CALL FOR MEANINGFUL LESSONS LEARNT IN PARTICIPATORY EVALUATION EXPERIENCES

Dear colleagues and friends, it is our great pleasure to begin the second half of this year by announcing this new pursuit and inviting you all to be a part of it.

This call is simple but bold: we want you to share experiences that highlight lessons that you have discovered during your evaluation and social participation practice.

We are interested in listening to the voices on the ground; the wisdom that comes from practice. We want to make those roads travelled, those moments of stumbling and finding your feet again, those discoveries and the joy they brought accessible to everyone reading. We want to value the subjectivity of each member of this community and open up a space to share the anecdotes and stories that have come out of your participatory evaluation experiences.

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By reason or by force. Documentary on Santa Teresa Settlement Participatory Evaluation (Chile)

One of EvalParticipativa’s main aims is to share evaluation experiences that have not been shared before and learn from them. Another aim is to make public stories of lived experiences, struggle and social organisation which often go unnoticed by society even though they exist right under its nose. It is our great pleasure to share this documentary “By reason or by force”, an initiative which fulfils both these objectives.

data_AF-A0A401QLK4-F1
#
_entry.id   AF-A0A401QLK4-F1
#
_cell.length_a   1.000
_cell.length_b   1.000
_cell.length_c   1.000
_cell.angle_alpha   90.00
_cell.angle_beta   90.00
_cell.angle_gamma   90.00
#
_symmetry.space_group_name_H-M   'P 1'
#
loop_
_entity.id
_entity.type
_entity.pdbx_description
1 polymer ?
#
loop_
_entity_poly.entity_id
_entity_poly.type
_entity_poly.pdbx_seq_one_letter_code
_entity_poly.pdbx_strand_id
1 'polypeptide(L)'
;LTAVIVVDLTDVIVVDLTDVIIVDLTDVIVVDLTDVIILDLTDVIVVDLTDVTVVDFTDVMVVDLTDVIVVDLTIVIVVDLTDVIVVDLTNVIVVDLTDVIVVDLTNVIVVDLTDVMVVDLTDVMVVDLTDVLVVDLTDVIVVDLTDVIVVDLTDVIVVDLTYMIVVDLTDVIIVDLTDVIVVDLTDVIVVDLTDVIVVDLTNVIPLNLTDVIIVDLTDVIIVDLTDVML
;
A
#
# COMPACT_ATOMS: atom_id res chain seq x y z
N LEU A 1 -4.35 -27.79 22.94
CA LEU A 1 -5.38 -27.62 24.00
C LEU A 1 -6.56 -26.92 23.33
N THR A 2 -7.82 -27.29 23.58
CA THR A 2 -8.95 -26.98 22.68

It relates to an experience promoted by TECHO, an organisation which works in 19 Latin America countries which seeks to overcome the poverty experienced by millions of people living in informal settlements through the collaboration of inhabitants with young volunteers.

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THE FAIR HAS COME TO TOWN!

The last day of the First Gathering of Participatory Evaluation Experiences for Latin America and the Caribbean began with an invitation to reflect on the various techniques, tools and instruments used in PE.

Participants took it in turns to select tools that they felt comfortable using and put them into different categories: audiovisuals, narratives, graphics and texts, group/experiential activities. Then, they exchanged their experiences and perspectives on them.

The narrative tools included systematisation, testimonies, journals, the More Significant Change, stories from the future, studies of good practice, lifestyle analysis. Graphics and textual tools included collaborative drawings, transects and maps, stones and fishes, mind maps (of networks, resources and stakeholders), calendars, diagrams and matrices.

For group/experiential experiences, participants proposed simulation games, maps, sociometry, focus groups, collective mapping, community meetings and assemblies, timelines, workshops on varied themes.

Finally, in terms of audiovisual tools, they focused on techniques which include videos and photolanguage.

Then, armed with advice to practise active listening, we held a conversation over coffee around the following question: What is the main challenge we face in making sure that PE tools and instruments reach their full potential?

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THE ART OF BEING A FACILITATOR